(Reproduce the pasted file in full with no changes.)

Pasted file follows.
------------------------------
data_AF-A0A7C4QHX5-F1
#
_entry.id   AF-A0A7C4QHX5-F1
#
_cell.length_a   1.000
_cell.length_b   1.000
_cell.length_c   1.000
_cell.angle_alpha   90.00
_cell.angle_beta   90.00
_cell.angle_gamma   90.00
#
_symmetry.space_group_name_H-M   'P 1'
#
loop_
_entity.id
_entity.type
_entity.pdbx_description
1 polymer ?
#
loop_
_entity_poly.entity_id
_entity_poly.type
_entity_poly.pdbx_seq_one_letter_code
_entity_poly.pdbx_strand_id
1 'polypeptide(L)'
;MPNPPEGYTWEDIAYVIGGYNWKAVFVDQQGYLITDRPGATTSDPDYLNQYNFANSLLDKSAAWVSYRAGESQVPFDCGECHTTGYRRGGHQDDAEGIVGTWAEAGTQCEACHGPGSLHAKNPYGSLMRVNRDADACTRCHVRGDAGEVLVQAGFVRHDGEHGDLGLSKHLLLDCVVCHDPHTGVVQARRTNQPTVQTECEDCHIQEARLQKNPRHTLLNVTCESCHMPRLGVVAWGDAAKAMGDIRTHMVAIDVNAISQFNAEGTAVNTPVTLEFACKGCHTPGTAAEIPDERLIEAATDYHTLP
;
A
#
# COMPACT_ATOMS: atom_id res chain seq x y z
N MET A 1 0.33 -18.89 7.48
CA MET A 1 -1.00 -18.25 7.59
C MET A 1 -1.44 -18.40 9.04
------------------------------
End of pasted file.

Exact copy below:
data_AF-A0A7C4QHX5-F1
#
_entry.id   AF-A0A7C4QHX5-F1
#
_cell.length_a   1.000
_cell.length_b   1.000
_cell.length_c   1.000
_cell.angle_alpha   90.00
_cell.angle_beta   90.00
_cell.angle_gamma   90.00
#
_symmetry.space_group_name_H-M   'P 1'
#
loop_
_entity.id
_entity.type
_entity.pdbx_description
1 polymer ?
#
loop_
_entity_poly.entity_id
_entity_poly.type
_entity_poly.pdbx_seq_one_letter_code
_entity_poly.pdbx_strand_id
1 'polypeptide(L)'
;MPNPPEGYTWEDIAYVIGGYNWKAVFVDQQGYLITDRPGATTSDPDYLNQYNFANSLLDKSAAWVSYRAGESQVPFDCGECHTTGYRRGGHQDDAEGIVGTWAEAGTQCEACHGPGSLHAKNPYGSLMRVNRDADACTRCHVRGDAGEVLVQAGFVRHDGEHGDLGLSKHLLLDCVVCHDPHTGVVQARRTNQPTVQTECEDCHIQEARLQKNPRHTLLNVTCESCHMPRLGVVAWGDAAKAMGDIRTHMVAIDVNAISQFNAEGTAVNTPVTLEFACKGCHTPGTAAEIPDERLIEAATDYHTLP
;
A
#
# COMPACT_ATOMS: atom_id res chain seq x y z
N MET A 1 0.33 -18.89 7.48
CA MET A 1 -1.00 -18.25 7.59
C MET A 1 -1.44 -18.40 9.04